Nepal - History and economy
Nepal is a multiethnic Asian country located between Tibet and India. The country has experienced several decades of an uneasy political situation. Economic development is slow, despite international aid from Germany. Main export items are textiles, woollen carpets and ready-made textiles.
Nepal is a country in South Asia bordering to the east by Tibet and with India in other directions. The north of this 147.181 km² country holds the Himalayas range and the renowned Mount Everest. The capital is Kathmandu. In Nepal, there are approximately 25 million people who belong to a variety of ethnic groups. The national language is Nepali, which speak only about 48% of the population as their mother tongue. The religion of most residents is Hinduism while one-sixth of the population is Buddhist.
Nepal becomes an independent state for the first time in 1768, when the Ghurkhas in Kathmandu valley and in parts of India establish a Hindu Kingdom. By mid 19th Century, the Shah kings are deposed by the Rana family, which introduces a hereditary Prime Minister office for itself. About a hundred years later, in 1951, with Indian help, the Kingdom is rebuilt. The following years see a number of policy changes, until finally, in 1990, a democratic constitution is adopted. At that point, Nepal is a constitutional monarchy with frequently changing coalitions and minority governments. In 1996, however, begins the Communist Party vs. Nepalese Maoist civil war. Only in 2006, after years of conflict, are peace negotiations initiated. After the massacre of the royal family on 1 June 2001, the only surviving brother of King Gyanendra Bir Bikram Shah Dev ascends the throne. He tries to grab more power for himself, but is forced to reinstate the dissolved parliament again in 2006. A transitional constitution is in force since early 2007.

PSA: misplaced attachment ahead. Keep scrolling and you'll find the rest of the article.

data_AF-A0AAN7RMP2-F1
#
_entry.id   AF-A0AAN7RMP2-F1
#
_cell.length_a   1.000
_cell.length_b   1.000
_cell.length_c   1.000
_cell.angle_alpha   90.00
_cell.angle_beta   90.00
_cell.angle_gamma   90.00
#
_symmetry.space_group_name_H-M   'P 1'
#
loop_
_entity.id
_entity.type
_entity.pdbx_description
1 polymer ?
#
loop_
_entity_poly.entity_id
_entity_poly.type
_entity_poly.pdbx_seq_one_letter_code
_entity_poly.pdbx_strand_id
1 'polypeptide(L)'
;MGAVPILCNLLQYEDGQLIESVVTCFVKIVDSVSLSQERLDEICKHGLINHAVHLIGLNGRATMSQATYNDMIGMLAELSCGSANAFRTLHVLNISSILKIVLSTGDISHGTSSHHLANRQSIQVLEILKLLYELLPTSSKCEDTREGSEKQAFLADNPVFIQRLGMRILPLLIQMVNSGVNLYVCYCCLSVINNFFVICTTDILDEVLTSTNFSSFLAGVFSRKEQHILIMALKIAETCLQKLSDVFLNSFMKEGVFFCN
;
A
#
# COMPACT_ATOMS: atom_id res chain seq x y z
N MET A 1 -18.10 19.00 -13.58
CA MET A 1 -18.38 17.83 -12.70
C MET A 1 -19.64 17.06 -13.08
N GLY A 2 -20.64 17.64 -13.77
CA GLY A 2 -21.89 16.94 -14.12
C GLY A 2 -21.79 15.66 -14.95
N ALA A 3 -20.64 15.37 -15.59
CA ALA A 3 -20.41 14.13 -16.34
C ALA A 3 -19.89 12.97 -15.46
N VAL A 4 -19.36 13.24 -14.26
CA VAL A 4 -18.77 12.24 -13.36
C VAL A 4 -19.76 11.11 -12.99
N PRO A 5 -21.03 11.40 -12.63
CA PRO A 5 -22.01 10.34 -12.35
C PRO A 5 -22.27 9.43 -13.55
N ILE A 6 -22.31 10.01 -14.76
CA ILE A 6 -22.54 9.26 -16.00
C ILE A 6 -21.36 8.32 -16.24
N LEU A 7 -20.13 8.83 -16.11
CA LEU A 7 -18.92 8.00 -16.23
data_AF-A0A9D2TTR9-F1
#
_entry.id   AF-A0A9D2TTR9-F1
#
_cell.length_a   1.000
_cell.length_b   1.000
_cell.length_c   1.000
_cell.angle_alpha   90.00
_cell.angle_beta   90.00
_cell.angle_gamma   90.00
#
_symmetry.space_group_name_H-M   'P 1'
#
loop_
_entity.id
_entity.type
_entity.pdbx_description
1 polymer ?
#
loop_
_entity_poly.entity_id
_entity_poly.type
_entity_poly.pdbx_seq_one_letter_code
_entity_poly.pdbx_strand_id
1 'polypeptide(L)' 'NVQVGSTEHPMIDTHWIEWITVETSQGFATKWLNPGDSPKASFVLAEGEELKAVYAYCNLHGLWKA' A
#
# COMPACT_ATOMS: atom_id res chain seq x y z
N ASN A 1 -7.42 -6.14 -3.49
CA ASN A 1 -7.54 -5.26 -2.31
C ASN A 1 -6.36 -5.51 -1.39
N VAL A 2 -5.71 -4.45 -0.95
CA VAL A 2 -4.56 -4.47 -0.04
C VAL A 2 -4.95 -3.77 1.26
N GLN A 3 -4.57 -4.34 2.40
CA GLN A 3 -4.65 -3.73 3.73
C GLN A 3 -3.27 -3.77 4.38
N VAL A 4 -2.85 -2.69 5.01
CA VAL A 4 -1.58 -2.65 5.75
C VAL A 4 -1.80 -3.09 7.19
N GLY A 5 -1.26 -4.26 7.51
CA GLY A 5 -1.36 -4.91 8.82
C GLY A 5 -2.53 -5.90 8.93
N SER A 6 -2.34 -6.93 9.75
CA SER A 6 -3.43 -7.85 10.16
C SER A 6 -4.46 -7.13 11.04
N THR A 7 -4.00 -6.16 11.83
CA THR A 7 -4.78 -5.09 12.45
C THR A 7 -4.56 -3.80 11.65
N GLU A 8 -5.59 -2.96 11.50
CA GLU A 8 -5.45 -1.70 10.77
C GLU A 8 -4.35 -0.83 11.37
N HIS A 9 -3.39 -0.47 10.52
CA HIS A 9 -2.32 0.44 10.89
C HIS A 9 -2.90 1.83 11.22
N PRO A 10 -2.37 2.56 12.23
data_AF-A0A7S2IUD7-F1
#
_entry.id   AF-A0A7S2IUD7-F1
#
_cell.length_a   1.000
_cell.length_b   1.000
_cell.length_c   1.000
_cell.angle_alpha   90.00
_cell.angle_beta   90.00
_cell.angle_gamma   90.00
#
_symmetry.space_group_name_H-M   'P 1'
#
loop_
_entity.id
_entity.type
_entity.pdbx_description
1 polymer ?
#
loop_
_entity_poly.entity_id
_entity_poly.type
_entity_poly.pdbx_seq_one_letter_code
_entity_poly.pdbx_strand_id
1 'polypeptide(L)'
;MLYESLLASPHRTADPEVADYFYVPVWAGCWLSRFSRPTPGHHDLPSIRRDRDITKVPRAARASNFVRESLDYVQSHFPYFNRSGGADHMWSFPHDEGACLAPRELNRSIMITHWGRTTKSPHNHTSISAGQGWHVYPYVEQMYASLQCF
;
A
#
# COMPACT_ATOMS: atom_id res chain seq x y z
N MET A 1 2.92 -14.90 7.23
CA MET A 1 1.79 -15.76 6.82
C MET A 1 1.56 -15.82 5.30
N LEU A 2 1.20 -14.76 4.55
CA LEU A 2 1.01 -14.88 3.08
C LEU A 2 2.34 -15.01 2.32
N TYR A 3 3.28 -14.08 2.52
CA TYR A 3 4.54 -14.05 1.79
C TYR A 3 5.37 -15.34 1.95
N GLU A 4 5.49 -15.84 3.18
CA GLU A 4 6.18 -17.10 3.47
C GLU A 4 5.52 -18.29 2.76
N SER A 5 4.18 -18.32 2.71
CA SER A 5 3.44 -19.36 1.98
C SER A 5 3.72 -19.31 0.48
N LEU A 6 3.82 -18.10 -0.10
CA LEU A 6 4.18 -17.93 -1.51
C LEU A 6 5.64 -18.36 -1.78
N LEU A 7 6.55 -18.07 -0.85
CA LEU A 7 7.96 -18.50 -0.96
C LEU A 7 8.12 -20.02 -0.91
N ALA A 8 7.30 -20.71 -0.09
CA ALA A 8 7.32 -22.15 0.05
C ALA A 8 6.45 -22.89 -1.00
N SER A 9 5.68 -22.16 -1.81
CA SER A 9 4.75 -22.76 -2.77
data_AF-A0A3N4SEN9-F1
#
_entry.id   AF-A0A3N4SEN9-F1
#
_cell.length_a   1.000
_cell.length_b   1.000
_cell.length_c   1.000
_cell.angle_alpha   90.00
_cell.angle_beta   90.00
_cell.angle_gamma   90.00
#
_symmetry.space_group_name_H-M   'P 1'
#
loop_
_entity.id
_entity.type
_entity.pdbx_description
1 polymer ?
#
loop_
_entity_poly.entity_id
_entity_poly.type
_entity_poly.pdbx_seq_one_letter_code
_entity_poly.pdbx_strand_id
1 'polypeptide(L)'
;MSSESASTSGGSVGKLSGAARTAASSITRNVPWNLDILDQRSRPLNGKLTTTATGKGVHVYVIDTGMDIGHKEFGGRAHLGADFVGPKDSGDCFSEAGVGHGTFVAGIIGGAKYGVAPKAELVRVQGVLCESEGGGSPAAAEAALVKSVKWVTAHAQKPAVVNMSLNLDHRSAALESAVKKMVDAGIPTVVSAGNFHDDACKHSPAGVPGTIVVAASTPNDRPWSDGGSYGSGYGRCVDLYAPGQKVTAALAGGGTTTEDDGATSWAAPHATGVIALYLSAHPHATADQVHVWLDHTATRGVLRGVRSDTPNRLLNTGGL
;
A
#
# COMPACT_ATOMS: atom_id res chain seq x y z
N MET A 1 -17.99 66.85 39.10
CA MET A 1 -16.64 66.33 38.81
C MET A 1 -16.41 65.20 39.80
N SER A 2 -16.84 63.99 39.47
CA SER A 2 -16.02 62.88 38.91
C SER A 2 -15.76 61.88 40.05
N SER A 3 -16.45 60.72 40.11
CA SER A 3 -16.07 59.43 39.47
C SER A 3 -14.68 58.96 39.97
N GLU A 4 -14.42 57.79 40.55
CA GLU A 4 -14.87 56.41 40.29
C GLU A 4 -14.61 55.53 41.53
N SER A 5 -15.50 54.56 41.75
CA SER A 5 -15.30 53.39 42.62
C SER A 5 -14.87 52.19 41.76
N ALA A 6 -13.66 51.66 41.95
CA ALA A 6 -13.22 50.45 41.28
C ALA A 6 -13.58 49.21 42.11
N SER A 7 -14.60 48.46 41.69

Nepal is one of the poorest countries in the world. Due to the ongoing political upheaval, Nepal's economic development is hindered. The economic policy is development-oriented and pursues the strengthening of the market economy. Efforts to liberalize and privatize are however hampered by bureaucracy and high regulatory social standards. Future growth potential primarily lies in the use of hydropower and tourism.
Most workers are employed in the agricultural sector and operate in a barter economy. The share of manufacturing industry in the gross domestic product is approximately 10%. The competition of India, a weak domestic market, and the lack of access to the sea, obstruct the country's growth. The production of primarily low-value products takes place for the most part in home offices. The largest share of exports consists of woollen carpets, ready-made garments, and cashmere shawls.
Relations with Germany
Since the mid-20th Century, diplomatic relations exist between the two countries. In addition, Germany is one of Nepal's most important sales markets for carpets and textile products. Since 1996, an investment agreement is in force. The German-Nepalese Chamber of Commerce and Industry in Kathmandu is committed to the commercial interests of Nepal. In addition, Nepal is a priority country of German development aid. Moreover, contacts have also been established to foster cultural exchanges. Thus, a cultural agreement is in place since 1992 and a there is Goethe Centre in Kathmandu. The Friedrich-Ebert Foundation and Deustche Welle endeavour for cooperation. Finally, DFG supports scientific research projects in cooperation with Nepal.
Foreign Office: Country and travel information Nepal (March 2007)
Country Information Pages (LIS) of inWent: Nepal (as of April 2007)